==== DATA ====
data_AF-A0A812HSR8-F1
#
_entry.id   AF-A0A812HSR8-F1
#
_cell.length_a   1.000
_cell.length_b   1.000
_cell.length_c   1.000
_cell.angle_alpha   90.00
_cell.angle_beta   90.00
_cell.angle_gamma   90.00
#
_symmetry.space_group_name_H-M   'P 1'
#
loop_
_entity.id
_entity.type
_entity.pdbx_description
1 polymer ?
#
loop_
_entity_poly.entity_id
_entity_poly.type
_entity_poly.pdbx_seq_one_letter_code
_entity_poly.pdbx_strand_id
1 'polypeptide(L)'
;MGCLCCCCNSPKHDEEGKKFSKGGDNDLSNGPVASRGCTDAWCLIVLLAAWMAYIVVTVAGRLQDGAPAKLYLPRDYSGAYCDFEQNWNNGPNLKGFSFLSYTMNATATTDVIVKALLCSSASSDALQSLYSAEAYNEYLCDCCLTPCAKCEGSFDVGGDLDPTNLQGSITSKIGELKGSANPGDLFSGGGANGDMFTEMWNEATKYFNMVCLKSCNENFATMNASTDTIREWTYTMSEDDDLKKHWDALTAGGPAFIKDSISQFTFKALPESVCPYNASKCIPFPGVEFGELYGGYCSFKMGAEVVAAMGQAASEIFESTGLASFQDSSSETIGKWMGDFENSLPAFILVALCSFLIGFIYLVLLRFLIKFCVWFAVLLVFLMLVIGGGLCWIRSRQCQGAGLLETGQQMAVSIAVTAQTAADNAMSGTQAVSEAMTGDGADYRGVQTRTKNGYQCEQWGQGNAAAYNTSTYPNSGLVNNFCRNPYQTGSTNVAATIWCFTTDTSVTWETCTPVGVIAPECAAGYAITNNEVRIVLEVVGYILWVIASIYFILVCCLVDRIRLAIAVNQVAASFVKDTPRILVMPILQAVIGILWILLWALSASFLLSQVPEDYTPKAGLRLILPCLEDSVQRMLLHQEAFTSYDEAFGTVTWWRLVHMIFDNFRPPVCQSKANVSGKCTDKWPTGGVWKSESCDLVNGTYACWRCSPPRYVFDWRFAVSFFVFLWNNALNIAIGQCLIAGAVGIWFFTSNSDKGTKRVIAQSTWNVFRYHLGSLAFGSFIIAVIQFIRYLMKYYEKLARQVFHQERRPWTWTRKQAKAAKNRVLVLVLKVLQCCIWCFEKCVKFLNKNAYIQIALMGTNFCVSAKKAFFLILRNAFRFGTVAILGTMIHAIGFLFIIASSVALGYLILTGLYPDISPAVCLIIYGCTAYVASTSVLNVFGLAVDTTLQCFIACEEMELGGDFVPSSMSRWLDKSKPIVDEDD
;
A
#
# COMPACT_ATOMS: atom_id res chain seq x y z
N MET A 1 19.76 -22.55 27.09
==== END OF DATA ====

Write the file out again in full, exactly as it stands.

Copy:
data_AF-A0A812HSR8-F1
#
_entry.id   AF-A0A812HSR8-F1
#
_cell.length_a   1.000
_cell.length_b   1.000
_cell.length_c   1.000
_cell.angle_alpha   90.00
_cell.angle_beta   90.00
_cell.angle_gamma   90.00
#
_symmetry.space_group_name_H-M   'P 1'
#
loop_
_entity.id
_entity.type
_entity.pdbx_description
1 polymer ?
#
loop_
_entity_poly.entity_id
_entity_poly.type
_entity_poly.pdbx_seq_one_letter_code
_entity_poly.pdbx_strand_id
1 'polypeptide(L)'
;MGCLCCCCNSPKHDEEGKKFSKGGDNDLSNGPVASRGCTDAWCLIVLLAAWMAYIVVTVAGRLQDGAPAKLYLPRDYSGAYCDFEQNWNNGPNLKGFSFLSYTMNATATTDVIVKALLCSSASSDALQSLYSAEAYNEYLCDCCLTPCAKCEGSFDVGGDLDPTNLQGSITSKIGELKGSANPGDLFSGGGANGDMFTEMWNEATKYFNMVCLKSCNENFATMNASTDTIREWTYTMSEDDDLKKHWDALTAGGPAFIKDSISQFTFKALPESVCPYNASKCIPFPGVEFGELYGGYCSFKMGAEVVAAMGQAASEIFESTGLASFQDSSSETIGKWMGDFENSLPAFILVALCSFLIGFIYLVLLRFLIKFCVWFAVLLVFLMLVIGGGLCWIRSRQCQGAGLLETGQQMAVSIAVTAQTAADNAMSGTQAVSEAMTGDGADYRGVQTRTKNGYQCEQWGQGNAAAYNTSTYPNSGLVNNFCRNPYQTGSTNVAATIWCFTTDTSVTWETCTPVGVIAPECAAGYAITNNEVRIVLEVVGYILWVIASIYFILVCCLVDRIRLAIAVNQVAASFVKDTPRILVMPILQAVIGILWILLWALSASFLLSQVPEDYTPKAGLRLILPCLEDSVQRMLLHQEAFTSYDEAFGTVTWWRLVHMIFDNFRPPVCQSKANVSGKCTDKWPTGGVWKSESCDLVNGTYACWRCSPPRYVFDWRFAVSFFVFLWNNALNIAIGQCLIAGAVGIWFFTSNSDKGTKRVIAQSTWNVFRYHLGSLAFGSFIIAVIQFIRYLMKYYEKLARQVFHQERRPWTWTRKQAKAAKNRVLVLVLKVLQCCIWCFEKCVKFLNKNAYIQIALMGTNFCVSAKKAFFLILRNAFRFGTVAILGTMIHAIGFLFIIASSVALGYLILTGLYPDISPAVCLIIYGCTAYVASTSVLNVFGLAVDTTLQCFIACEEMELGGDFVPSSMSRWLDKSKPIVDEDD
;
A
#
# COMPACT_ATOMS: atom_id res chain seq x y z
N MET A 1 19.76 -22.55 27.09